N.J.S.A. 2A:17-50 subjects "wages, debts, earnings, salary, income from trust funds, or profits of the judgment debtor" to garnishment. Although we have located no case law in this state that addresses the issue of whether tips and gratuities are subject to garnishment, and the legislative history offers little insight, commentators have observed that the execution statutes in this state generally apply when monies due to the judgment debtor are "in the hands of a third-party garnishee" such as a judgment debtor's employer. Pressler, Current N.J. Court Rules, comment 1.6 on R. 4:59-1(a) (2010); see also 3-31 Theodore Eisenberg, Debtor-Creditor Law § 31.11 (Matthew Bender & Co. eds., 2009) (noting New Jersey "authorize[s] execution against a judgment debtor's property in the possession or control of a third person").
Federal law, however, provides significantly more guidance on this issue. Congress has enacted statutes that regulate the collection of debts. Title III of the Consumer Credit Protection Act (CCPA), 15 U.S.C.A. §§ 1671 to 1677, was adopted to foster commerce and for uniformity of bankruptcy laws throughout the nation. See 15 U.S.C.A. § 1671. To that end, the CCPA pre-empts state garnishment laws that allow a greater proportion of wages to be subject to garnishment than that allowed by federal law. Hodgson v. Hamilton Mun. Ct., 349 F.Supp. 1125, 1131-33 (S.D. Ohio 1972). See also Eisenberg, supra, § 31.02; Pressler, supra, comment 4 on R. 4:59-1(d) ("Clearly . . . state law cannot provide a greater garnishment than federal law permits."); Annotation, Validity, Construction, and Application of §§ 301-307 of Consumer Credit Protection Act (15 USCS §§ 1671-1677) Placing Restrictions on Garnishment of Individual's Earnings, 14 A.L.R. Fed. 447 (1973). However, the CCPA "does not annul, alter, or affect, or exempt any person from complying with, the laws of any State prohibiting garnishments or providing for more limited garnishments" than allowed under federal law. 15 U.S.C.A. § 1677.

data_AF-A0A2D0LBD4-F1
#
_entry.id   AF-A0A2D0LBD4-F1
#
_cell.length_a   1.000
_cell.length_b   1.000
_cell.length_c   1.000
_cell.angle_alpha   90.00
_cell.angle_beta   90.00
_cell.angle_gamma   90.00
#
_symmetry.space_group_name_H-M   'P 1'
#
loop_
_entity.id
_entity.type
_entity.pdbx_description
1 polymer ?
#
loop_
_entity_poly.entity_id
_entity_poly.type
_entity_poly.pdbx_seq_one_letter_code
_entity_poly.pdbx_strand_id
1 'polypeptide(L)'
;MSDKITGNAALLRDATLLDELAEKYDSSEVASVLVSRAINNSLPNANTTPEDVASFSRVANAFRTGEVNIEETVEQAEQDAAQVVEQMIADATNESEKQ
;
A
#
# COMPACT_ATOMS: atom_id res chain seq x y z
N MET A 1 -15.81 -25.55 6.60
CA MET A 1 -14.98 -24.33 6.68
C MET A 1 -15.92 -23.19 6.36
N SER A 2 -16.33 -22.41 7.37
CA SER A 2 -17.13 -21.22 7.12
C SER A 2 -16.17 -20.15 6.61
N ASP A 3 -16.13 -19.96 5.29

New Jersey's law permits execution when the amount of the judgment debtor's "wages, debts, earnings, salary, income from trust funds, or profits" equal or exceed forty-eight dollars per week. N.J.S.A. 2A:17-50. Yet under the CCPA, the maximum amount of the garnishment cannot exceed twenty-five percent of the judgment debtor's disposable income, or the amount by which the disposable earnings exceed thirty times the prevailing federal minimum wage, whichever is less. 15 U.S.C.A. § 1673. Therefore, "the federal restriction pre-empts New Jersey law to the extent the latter is inconsistent with the former." Eisenberg, supra, § 31.11.